Where I live in Los Angeles, we’ve been both lauded and blamed for these related happenings. I always feel compelled to dress a notch nicer when I go out for dinner when visiting Manhattan, but here on the Left Coast it’s perfectly acceptable and expected to show up at trendy restaurants in jeans. Traditionalists might scoff at the dearth (or death?) of decorum. On the flip side, it wasn’t that long ago that Chef Roy Choi left behind the trappings of the Beverly Hilton, started a gourmet food…
Dec 3 2014
The year is coming to a close, bringing on that wild urge to come up with another ‘Best Of’ wine blog list. I just can’t help myself.
Below are some recommendations from my favorite, go-to wine blogger buddies (read: nerds) of their favorite blog posts of the year, and a few of my own. Hopefully, you have a little downtime around the holidays to catch up on these goodies from the past year.
Thea Dwelle, Luscious Lushes
Long-time wine blogger (7 ½ years) and funny gal pal, Thea had this to say when asked which blog she loved from 2014:
Bill Eyer’s recent post on “Are Wine Blogs Dead?” really resonated with me as one of the few people that have been blogging for 6+ years. He hit the nail on the head with reasons that we step away, or take a break, and had fresh ideas to re-inspire – all because of his own struggles.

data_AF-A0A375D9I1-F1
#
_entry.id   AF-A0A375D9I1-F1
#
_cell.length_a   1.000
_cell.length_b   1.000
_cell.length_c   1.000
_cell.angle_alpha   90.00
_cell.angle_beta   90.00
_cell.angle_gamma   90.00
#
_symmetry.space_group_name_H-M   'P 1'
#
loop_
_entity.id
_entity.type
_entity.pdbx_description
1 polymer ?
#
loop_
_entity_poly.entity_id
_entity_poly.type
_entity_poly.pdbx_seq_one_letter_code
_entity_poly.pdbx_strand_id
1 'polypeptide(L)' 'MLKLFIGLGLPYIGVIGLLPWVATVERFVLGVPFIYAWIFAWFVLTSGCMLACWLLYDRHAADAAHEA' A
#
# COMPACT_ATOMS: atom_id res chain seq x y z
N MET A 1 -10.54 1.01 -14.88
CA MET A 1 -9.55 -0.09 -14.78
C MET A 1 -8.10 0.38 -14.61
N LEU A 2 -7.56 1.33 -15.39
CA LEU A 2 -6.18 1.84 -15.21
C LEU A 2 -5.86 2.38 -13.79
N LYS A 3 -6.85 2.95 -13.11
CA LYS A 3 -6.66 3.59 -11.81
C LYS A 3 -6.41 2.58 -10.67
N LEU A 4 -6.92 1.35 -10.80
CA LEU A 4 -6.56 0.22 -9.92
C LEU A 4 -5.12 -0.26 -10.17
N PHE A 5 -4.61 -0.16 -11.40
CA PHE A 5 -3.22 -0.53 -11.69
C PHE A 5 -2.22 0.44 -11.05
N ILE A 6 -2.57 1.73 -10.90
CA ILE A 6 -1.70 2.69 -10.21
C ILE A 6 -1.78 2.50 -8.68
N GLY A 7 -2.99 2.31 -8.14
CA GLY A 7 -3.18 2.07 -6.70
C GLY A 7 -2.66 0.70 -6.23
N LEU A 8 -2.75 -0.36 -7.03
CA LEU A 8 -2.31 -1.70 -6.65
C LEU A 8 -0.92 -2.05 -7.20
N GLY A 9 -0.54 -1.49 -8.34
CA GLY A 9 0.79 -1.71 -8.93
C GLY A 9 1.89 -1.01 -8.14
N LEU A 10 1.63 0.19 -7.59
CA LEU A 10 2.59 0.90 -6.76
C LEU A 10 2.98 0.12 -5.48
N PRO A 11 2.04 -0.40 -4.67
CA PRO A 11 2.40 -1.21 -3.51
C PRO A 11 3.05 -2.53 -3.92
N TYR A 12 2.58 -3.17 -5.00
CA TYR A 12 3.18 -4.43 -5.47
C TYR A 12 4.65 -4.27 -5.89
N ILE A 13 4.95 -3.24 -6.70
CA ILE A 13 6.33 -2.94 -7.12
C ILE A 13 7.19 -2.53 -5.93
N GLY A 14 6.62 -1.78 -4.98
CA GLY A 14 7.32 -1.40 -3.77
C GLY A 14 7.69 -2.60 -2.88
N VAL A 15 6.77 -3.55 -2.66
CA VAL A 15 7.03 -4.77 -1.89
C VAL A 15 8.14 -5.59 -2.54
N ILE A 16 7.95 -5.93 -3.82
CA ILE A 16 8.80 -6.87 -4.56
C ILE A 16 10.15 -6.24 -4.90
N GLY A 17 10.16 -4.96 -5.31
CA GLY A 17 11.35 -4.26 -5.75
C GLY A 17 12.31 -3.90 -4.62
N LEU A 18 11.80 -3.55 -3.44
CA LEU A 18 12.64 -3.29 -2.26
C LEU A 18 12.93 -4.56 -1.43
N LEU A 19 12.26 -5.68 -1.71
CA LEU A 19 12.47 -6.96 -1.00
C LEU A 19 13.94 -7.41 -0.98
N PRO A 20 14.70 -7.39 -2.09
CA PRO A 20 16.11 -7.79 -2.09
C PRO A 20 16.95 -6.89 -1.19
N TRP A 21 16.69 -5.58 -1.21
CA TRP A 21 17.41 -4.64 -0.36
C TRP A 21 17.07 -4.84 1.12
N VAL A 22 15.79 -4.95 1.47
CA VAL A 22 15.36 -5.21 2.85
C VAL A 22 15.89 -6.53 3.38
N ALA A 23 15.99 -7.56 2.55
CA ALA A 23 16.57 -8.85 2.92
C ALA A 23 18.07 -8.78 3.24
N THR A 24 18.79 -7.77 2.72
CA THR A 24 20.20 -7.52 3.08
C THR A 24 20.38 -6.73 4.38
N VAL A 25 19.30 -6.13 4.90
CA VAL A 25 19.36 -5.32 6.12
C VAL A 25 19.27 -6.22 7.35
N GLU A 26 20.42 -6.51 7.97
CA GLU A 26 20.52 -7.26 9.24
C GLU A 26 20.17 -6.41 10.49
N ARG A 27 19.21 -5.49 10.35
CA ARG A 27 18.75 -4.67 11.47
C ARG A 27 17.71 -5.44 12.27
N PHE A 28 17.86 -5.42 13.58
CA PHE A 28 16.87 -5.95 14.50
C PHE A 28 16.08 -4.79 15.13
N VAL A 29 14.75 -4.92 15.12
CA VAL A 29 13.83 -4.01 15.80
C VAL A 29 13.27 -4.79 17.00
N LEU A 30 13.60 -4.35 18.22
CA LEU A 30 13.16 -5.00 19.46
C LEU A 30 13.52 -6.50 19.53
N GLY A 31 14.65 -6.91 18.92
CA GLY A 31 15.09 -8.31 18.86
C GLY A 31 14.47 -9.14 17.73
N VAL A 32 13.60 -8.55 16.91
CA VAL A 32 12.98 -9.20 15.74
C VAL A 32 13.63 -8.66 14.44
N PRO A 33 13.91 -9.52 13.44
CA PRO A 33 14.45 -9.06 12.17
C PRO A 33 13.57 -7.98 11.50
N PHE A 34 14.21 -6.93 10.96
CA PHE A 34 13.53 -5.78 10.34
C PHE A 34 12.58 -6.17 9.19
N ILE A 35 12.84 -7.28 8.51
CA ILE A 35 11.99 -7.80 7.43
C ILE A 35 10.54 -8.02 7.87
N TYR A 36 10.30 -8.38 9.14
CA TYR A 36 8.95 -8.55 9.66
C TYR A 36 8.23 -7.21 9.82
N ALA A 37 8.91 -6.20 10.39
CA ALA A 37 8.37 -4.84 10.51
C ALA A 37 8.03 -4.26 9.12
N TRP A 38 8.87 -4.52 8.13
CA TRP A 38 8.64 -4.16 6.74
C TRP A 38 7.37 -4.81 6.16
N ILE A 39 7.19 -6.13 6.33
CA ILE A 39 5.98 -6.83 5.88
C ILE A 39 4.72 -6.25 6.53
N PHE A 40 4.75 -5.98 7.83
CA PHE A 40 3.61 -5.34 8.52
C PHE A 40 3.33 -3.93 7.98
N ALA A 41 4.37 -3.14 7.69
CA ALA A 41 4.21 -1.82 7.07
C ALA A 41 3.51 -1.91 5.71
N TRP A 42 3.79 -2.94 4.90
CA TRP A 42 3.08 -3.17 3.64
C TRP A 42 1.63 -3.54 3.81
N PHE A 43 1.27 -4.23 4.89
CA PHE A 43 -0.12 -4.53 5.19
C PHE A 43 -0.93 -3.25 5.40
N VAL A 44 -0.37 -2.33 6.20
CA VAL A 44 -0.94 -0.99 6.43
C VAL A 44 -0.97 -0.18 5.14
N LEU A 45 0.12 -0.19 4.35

Paul Mabray, VinTank
Clearly Paul of VinTank, Napa’s wine think tank, follows a solid lineup of blogs, as his favorite list was LONG. A few of note:
Nov 26 2014
It’s not even December, yet the web is already buzzing with predictions on what’s hot in the wine and spirits industry in 2015. Maybe someone took their cue from Walmart, which started selling Holiday decorations the day after Halloween.
Like it or not, trend reports, much like holiday decorations, no longer wait for sweater weather. Jumping on the band wagon, here are three emerging beverage trends for 2015.
The Boilermaker Celebrates a Comeback
In 2015, craft cocktails will share the spotlight with simpler, more straight-forward drinks, such as a shot and a beer, known as a “boilermaker.” Case in point, The New York Times recently published a full-page feature on the classic pairing. Some of these pairings are the usual cheap-whiskey-and-cheaper-beer marriages one expects, but more sophisticated duos are making their way into bars across the country.
Wine Pairings Go East
Asian food will continue to be a huge trend next year, so think about how to educate your audience on clever pairings for your alcohol beverage brands. For the best pairings with Ramen noodles, Vietnamese Pho and Korean street food-inspired grub, Wine…
Nov 7 2014
Have a Halloween candy overload in your house? It’s been one week since the big day, so it’s time to think about what to do with all of that leftover sugar tempting your kids (and you!) to indulge until it’s all gone. Here are five suggestions to help wean you off the candy, before the holiday eating begins.